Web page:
Monthly Archives: November 2019

Colossus on the Hudson?

The transactional nature of Trump’s world view has been so much on view in recent weeks that it is hard to shock. But the cast of characters involved in promoting colossal statuary of Christopher Columbus cast in Moscow above the Hudson River in 1997 reveals an early illustration of how transactional Trump’s world-view was as he first became attracted to the prospect of expanding his brand to Moscow. Indeed, the potential of the arrival of a monument to Christopher Colombus that Moscow’s then-mayor would dangle as a robed statue greater in size than the Statue of Liberty that has long dominated New York harbor since 1876. While we often date the notion of a Trump Tower Moscow to the visit of Ivanka Trump to Moscow to explore options for a luxury hotel there in 2006, to “connect” with possible business partners in the heady post-soviet period, seeking to license his family name as a brandname to luxury residences, and securing funds from a Russia’s Foreign Trade Bank.

The proposed monument to the fifteenth-century navigator he presented as a “gift” long preceded it by a decade. The towering figure cast in Moscow would be the largest of the western hemisphere; crafted from low-grade bronze worth a purported $40 million in materials, the daunting monument would, Trump boasted, be a welcome gift from Russia’s government on New York’s skyline; he felt he helped organize of a “great work” to arrive in New York in ways absolutely above board, and described its artist Zurab Tsereteli as unquestionably “major and legit” with a customary allowance for superlatives. His public comments reveal few allowances, customarily, for the impact of installing the massively monumental statuary on the New York skyline that he knew so well; this much was left implicit in Trump’s customary hyperbolic promotion of a building as a monument to the press as a global destination–or a structure bigger than could be found anywhere in the globe. He had in 1996 he declared an arrangement to license his name to for a project of non-exclusive ownership he boasted would have funding from the Soviet government in Moscow in 1986, declaring himself “impressed with the potential” of Russia’s capital and, after meeting with Moscow’s mayor, the possibility of Russian backing for the luxury complexes.

Trump saw his engagement in luxury residences as a new form of monumentalism, as much as an art of building. His tastes for monuments, as much as residences, is apparent in the images not only of Trump Tower, but were the hallmark of Trump Properties. His optimistic estimation of Moscow as a site for Trump Properties to expand globally reveals a terrifying interchangeability of urban skylines, rooted less in place, than in the potential for building a local construction of truly international impact and transnational scope. His orchestration of such a project was itself rooted in evading local restrictions, to be sure, but enabled by capital moving frictionlessly across national borders in the form of illicit international financial transfers, money laundering, and shadowy deals to evade taxes. The non-specifity of monuments and the almost mobile nature of building projects was balanced by the backers he could assemble for each, linking local agencies whenever possible to a web of backers, institutions, creditors, and tax abatements in a cocktail that cannot be understood as a local economy. The complexes were almost interchangeable+ Trump considered the Russian developments on the scale of Las Vegas, which he partnered with to built in 2002, and planned two years earlier, viewing it as a similar expansion of the Trump brand. Trump’s eagerness to pronounce Moscow distinguished by potential for a Trump tower–and “I’ve seen cities all over the world!”–in 1996 showed more interest in locating a Trump Tower to confirm the international status of his brand and buildings of global destinations.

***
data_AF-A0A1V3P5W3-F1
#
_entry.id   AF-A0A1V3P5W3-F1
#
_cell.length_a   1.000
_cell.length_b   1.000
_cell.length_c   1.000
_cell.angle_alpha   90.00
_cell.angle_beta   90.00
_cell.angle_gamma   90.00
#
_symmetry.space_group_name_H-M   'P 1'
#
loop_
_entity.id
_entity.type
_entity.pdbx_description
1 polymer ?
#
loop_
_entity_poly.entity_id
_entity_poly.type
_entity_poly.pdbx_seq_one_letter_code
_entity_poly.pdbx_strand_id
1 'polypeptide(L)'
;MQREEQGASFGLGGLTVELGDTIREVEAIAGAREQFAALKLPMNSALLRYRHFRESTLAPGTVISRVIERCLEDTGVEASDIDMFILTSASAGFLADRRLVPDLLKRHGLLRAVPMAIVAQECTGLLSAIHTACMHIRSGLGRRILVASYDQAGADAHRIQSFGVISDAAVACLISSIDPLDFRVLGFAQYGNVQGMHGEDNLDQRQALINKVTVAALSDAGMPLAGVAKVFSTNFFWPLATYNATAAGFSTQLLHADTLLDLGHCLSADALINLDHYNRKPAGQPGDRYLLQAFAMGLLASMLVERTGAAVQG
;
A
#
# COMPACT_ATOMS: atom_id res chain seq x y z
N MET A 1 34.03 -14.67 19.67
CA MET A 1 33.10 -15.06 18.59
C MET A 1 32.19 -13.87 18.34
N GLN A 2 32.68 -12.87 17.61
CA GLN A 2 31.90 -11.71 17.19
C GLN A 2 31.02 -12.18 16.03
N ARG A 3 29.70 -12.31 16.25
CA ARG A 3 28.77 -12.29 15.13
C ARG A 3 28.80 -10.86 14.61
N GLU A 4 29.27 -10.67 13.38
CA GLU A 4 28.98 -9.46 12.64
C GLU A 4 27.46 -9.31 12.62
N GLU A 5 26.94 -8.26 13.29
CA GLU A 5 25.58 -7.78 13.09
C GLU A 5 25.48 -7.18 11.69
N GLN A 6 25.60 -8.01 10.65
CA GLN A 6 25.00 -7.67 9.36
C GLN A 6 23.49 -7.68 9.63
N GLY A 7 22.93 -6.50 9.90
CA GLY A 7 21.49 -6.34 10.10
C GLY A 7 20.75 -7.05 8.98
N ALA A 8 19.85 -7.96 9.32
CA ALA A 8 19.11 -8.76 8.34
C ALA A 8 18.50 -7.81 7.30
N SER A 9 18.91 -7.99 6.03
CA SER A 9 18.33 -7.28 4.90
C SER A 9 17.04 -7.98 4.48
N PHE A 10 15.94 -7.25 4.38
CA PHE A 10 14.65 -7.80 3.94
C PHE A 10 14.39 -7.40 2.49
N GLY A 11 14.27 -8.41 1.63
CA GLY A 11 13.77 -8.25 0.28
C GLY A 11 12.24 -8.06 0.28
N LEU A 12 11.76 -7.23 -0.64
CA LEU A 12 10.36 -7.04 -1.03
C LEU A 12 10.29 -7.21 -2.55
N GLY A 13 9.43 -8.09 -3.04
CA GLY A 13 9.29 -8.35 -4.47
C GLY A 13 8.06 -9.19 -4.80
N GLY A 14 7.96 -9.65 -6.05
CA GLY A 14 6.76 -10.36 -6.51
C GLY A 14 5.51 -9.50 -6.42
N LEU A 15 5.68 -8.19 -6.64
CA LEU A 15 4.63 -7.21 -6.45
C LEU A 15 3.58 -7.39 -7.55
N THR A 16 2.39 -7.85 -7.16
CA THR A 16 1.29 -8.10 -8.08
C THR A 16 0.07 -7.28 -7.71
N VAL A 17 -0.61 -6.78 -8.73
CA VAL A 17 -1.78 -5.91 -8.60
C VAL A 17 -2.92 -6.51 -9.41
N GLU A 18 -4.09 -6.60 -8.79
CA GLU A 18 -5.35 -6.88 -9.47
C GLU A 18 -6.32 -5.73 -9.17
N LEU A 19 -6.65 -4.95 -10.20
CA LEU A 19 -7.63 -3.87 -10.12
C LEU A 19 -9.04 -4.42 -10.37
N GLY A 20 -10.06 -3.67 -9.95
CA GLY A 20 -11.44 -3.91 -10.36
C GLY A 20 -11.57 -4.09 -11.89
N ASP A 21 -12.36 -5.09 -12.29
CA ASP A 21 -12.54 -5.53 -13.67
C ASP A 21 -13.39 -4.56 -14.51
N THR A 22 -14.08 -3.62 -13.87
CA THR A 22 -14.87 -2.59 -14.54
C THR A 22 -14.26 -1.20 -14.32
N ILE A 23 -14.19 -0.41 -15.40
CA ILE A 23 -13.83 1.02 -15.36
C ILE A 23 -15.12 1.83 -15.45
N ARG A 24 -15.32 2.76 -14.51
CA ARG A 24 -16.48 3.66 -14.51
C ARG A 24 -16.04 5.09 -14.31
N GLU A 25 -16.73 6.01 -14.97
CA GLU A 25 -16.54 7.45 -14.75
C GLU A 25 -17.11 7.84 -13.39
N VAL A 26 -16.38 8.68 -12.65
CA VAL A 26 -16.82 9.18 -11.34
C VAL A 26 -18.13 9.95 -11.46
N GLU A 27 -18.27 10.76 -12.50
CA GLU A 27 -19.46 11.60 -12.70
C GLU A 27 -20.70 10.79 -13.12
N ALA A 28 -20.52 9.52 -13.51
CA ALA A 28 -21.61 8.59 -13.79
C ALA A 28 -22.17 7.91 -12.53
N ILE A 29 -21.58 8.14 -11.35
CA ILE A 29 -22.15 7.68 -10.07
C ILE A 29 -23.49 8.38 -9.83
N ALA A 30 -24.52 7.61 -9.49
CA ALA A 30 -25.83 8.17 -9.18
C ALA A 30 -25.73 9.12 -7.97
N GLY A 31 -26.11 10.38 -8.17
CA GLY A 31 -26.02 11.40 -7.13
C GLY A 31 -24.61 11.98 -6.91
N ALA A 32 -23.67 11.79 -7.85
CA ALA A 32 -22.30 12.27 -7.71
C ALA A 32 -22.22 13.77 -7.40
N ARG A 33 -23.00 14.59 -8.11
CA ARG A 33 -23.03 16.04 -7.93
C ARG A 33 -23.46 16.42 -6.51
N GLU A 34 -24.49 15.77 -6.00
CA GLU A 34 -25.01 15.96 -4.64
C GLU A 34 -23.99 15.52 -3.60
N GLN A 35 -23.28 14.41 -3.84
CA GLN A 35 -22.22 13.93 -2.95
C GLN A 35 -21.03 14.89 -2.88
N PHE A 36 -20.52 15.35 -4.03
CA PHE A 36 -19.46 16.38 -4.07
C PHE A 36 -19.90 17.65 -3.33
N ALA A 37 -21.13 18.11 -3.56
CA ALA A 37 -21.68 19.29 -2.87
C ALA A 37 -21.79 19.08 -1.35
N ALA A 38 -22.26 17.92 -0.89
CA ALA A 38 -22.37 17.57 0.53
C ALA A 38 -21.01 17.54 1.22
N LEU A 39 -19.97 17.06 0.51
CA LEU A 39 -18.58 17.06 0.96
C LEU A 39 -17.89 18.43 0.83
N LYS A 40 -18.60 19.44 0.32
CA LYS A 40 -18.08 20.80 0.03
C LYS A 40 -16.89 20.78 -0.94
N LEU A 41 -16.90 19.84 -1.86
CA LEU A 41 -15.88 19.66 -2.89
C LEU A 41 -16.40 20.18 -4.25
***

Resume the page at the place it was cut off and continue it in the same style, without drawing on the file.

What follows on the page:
The construction of global destinations indeed obscured global politics, as Trump Properties became the determining map of global relationships in those years, when licensing the Trump Brand held the promise of an international economic comeback for properties on a financial precipice. The place of self-interest as he head of Trump Properties effectively redrew the international maps, in ways that may have made Columbus a new, and unexpected symbol of the global international capitalism that would be associated with the Trump brand. As Donald staged financial comeback of sorts on international terrain, brand obscured nation, as Columbus became a witness not of discovery, but the instauration of a new global order, and gestured toward Trump’s own prized adeptness of navigate the waters of international finance.